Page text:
With a total of five entries for Group B in 1984, the two M1s entered did well to qualify first and third in class. Each reaching over 170 miles per hour down the Mulsanne Straight, the #101 Castrol-liveried entry qualified ahead of the #109 Ecole des Cadres M1 which, at a time of 4:14.25, has the stigma of being the slowest qualifying M1 at Le Mans. It proved to be a torrid race for the Group B entrants with no greater than ten positions covering all competitors during the first seven hours. After one of the Porsches retired due to engine failure, the #101 Castrol M1 did so as well with recurrent wheel-bearing problems at the ninth hour. The battle remained heated amongst the remaining three contenders, with the lead swapping between the #109 M1 and a Porsche 930 turbo several times during the early morning hours. At the eighteen-hour mark, the Ecole des Cadres M1 would take the class lead for good, reaching as high as thirteenth, but finishing fourteenth overall, the highest placing by a stock–bodied entry. This fact is quite significant as all other cars in the race were purpose-built endurance racers classified in either the very fast Group C1 or the scaled-down Group C2 category.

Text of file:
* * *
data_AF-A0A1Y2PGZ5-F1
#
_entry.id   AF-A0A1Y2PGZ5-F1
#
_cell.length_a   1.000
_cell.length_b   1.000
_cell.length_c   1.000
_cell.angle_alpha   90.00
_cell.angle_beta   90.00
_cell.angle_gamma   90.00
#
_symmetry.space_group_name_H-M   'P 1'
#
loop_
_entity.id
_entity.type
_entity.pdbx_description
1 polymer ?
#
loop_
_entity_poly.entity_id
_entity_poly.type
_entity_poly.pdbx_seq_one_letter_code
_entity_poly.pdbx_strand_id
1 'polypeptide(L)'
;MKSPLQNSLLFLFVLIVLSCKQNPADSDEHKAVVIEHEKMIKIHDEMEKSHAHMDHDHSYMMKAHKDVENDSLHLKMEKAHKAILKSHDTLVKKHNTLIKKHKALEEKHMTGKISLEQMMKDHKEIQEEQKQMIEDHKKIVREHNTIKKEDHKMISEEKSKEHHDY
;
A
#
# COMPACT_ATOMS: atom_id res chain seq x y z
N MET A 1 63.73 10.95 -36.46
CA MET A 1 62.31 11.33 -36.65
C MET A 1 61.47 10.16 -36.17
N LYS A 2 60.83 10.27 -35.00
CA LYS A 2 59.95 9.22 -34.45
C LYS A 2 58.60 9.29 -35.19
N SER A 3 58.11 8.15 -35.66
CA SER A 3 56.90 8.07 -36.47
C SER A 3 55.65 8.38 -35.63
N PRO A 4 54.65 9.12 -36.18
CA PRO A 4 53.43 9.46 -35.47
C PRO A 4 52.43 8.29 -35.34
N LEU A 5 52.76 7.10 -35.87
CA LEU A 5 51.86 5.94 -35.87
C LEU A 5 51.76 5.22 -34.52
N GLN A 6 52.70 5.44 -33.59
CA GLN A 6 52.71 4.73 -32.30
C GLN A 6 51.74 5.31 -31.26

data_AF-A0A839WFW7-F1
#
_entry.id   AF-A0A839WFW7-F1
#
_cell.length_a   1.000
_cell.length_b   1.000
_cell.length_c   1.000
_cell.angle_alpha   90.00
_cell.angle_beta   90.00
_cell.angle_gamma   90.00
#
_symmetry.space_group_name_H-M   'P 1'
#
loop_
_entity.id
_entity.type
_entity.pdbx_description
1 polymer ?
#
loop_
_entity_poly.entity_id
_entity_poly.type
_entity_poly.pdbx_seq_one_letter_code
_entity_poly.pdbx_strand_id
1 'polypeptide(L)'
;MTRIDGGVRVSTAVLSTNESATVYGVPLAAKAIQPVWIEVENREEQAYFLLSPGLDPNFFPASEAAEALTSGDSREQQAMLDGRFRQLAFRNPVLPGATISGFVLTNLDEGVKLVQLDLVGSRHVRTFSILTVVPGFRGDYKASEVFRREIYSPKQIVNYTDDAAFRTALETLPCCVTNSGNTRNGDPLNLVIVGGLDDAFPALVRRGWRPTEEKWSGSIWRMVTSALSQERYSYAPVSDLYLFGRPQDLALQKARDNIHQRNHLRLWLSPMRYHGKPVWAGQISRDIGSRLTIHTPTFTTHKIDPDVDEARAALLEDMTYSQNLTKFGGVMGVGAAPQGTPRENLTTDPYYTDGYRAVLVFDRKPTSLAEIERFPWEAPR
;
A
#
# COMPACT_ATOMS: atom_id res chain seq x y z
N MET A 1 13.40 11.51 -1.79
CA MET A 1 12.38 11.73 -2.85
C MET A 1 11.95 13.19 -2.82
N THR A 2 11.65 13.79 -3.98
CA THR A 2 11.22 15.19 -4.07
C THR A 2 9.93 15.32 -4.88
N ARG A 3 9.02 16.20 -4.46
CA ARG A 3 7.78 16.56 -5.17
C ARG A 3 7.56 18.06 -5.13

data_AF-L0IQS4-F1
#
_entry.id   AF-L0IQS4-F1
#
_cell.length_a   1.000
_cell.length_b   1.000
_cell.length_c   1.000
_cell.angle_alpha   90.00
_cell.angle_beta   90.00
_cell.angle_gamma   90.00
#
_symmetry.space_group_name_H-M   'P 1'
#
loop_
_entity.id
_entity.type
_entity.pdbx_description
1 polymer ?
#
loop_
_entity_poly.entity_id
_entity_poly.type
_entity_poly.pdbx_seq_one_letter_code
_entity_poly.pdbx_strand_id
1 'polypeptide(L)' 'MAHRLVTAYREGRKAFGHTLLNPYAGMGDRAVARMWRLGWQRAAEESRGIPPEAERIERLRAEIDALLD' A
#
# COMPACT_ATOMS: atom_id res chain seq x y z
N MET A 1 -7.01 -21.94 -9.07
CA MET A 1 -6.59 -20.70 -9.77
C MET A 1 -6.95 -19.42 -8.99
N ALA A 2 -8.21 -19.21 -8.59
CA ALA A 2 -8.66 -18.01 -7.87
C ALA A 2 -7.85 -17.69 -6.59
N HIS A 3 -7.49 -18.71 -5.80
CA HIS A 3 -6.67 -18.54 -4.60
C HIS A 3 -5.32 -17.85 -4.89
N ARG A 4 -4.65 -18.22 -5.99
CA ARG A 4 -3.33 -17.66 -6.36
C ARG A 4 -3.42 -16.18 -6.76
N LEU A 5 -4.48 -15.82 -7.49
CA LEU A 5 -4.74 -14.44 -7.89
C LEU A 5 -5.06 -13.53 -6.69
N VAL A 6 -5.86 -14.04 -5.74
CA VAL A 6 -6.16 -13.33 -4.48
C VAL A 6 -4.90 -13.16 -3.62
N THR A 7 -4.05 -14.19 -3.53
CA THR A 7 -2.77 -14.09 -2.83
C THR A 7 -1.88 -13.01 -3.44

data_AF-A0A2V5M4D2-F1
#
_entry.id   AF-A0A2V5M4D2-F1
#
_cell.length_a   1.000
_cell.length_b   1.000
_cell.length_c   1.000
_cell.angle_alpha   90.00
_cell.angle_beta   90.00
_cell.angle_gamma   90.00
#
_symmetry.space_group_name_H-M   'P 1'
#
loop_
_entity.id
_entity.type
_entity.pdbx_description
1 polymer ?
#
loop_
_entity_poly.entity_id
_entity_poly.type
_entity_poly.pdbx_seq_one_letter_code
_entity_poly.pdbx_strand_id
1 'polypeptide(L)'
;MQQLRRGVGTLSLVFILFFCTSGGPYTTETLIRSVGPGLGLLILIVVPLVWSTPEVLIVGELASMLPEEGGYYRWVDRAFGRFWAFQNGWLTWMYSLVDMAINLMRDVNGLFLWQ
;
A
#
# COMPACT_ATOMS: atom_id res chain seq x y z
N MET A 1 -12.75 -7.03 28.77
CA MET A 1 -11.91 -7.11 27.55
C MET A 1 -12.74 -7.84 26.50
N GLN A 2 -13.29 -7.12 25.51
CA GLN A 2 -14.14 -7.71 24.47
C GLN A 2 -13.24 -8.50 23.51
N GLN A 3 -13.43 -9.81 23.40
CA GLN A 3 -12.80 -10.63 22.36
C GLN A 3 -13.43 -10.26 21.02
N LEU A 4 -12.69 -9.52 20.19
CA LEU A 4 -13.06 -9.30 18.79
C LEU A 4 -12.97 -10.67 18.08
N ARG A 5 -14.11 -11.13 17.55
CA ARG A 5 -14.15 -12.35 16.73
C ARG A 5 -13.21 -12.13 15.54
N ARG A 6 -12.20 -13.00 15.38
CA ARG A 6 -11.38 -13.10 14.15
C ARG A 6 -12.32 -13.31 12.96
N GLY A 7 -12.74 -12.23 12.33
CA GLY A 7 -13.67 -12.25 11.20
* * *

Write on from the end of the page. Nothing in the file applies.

Mit 5 Meldungen in der Gruppe B in 1984 qualifizierten sich zwei M1 als 1. und 3. in der Klasse. Beide erreichten über 270 km/h auf der Mulsanne-Geraden. Die Startnummer 101 CASTROL M1 qualifizierte sich vor der Startnummer 109 Ecole des Cadres M1 mit einer Zeit von 4:14.25 und ist gebrandmarkt als langsamster M1 der sich je in Le Mans qualifiziert hat. Es war ein heißes Rennen unter den Gruppe B Teilnehmern während der ersten 7 Stunden. Nachdem ein Porsche mit Motorschaden ausfiel machte es ihm die Startnummer 101 CASTROL M1 mit wiederholten Radlagerproblemen in der 9. Stunde nach. Der Kampf blieb hitzig unter den verbliebenen drei Kämpfern mit der oftmals wechselnden Führung zwischen der Startnummer 109 M1 und einem Porsche 930 Turbo während der frühen Morgenstunden. In der 18. Stunde übernahm der Ecole des Cardes M1 die Führung in der Klasse, erreichte den 13. Platz und beendete das Rennen als 14. gesamt. Die beste Platzierung für einen Teilnehmer mit Serienkarosserie. Diese Tatsache ist deshalb so bedeutsam, weil alle anderen Teilnehmer an diesem Rennen mit Spezialkarossen für Langstreckenrennen ausgestattet waren, eingeteilt in die schnelle Gruppe C1 oder in die abgestufte Kategorie Gruppe C2.